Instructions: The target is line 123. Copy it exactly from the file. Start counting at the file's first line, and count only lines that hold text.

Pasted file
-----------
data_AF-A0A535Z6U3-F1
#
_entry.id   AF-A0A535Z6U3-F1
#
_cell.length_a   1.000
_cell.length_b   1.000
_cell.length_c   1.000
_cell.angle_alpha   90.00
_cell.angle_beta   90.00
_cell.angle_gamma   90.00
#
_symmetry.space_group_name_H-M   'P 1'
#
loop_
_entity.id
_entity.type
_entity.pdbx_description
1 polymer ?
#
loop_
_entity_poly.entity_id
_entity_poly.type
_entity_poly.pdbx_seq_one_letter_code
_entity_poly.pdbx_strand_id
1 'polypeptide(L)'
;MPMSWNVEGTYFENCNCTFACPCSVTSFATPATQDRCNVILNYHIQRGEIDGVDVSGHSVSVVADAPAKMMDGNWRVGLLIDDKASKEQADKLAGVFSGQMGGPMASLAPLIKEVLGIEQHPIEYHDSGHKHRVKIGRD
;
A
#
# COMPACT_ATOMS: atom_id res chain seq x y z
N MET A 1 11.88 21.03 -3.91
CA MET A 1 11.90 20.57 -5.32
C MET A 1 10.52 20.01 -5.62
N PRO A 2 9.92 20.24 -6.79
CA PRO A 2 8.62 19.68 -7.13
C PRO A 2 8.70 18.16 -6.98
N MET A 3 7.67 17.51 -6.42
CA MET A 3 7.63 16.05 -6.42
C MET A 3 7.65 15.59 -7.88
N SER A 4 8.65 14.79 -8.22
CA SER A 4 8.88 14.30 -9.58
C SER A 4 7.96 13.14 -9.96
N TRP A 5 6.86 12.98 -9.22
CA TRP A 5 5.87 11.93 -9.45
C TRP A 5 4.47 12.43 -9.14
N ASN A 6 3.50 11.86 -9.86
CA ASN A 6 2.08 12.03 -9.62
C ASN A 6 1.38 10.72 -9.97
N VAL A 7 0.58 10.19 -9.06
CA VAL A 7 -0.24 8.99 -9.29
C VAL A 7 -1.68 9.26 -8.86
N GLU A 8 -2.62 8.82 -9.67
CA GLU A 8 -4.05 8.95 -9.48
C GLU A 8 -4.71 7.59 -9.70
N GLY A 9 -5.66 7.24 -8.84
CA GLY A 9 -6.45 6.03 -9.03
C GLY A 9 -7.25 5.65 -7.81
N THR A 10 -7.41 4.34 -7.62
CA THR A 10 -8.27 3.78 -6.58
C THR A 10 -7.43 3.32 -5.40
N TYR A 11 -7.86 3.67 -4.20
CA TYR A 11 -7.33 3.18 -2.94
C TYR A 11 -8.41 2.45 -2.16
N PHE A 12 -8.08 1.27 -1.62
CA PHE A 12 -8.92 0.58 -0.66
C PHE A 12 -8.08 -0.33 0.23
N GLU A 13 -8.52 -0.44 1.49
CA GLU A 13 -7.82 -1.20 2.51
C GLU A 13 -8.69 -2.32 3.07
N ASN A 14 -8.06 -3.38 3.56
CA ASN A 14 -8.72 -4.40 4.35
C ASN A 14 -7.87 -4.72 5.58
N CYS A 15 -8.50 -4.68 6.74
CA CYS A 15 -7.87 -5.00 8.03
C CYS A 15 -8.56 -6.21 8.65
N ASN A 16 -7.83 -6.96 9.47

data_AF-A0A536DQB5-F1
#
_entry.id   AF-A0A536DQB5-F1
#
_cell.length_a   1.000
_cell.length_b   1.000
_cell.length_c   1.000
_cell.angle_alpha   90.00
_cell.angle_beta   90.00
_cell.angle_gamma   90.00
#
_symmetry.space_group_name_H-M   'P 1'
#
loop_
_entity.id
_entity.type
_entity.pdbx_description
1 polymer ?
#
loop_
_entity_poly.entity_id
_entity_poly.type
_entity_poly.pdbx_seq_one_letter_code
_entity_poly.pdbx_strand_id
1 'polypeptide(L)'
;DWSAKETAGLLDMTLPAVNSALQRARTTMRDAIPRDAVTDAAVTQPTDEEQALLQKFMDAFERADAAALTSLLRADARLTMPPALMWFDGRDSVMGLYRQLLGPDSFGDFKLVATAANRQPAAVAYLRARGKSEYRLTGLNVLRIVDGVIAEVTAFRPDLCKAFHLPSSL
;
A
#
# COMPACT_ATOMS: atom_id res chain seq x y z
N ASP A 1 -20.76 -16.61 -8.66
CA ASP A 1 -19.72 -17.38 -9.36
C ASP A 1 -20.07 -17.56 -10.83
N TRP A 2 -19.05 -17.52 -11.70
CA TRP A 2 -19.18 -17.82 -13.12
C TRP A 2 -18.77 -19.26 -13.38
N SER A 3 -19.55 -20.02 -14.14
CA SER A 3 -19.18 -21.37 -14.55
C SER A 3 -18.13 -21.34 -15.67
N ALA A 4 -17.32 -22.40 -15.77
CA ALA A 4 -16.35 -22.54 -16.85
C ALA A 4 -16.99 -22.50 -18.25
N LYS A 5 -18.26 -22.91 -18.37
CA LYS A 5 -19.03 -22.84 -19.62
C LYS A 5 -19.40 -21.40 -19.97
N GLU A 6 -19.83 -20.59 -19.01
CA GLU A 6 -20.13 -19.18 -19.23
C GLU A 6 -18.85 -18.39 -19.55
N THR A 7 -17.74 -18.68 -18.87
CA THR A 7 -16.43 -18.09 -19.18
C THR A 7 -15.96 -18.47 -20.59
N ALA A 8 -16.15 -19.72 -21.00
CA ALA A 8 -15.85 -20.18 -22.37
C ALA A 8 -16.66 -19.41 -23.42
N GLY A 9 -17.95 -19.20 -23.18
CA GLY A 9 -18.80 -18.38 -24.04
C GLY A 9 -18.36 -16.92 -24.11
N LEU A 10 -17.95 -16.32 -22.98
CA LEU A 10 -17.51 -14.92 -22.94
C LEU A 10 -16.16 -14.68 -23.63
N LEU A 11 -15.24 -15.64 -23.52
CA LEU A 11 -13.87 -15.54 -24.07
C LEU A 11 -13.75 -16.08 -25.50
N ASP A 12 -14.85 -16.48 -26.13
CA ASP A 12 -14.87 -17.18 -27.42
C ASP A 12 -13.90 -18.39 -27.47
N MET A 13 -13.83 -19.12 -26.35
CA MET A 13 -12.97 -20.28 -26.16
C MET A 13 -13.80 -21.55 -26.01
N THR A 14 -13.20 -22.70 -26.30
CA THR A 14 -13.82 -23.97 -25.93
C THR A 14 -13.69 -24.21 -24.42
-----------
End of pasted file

CA GLU A 6 -20.13 -19.18 -19.23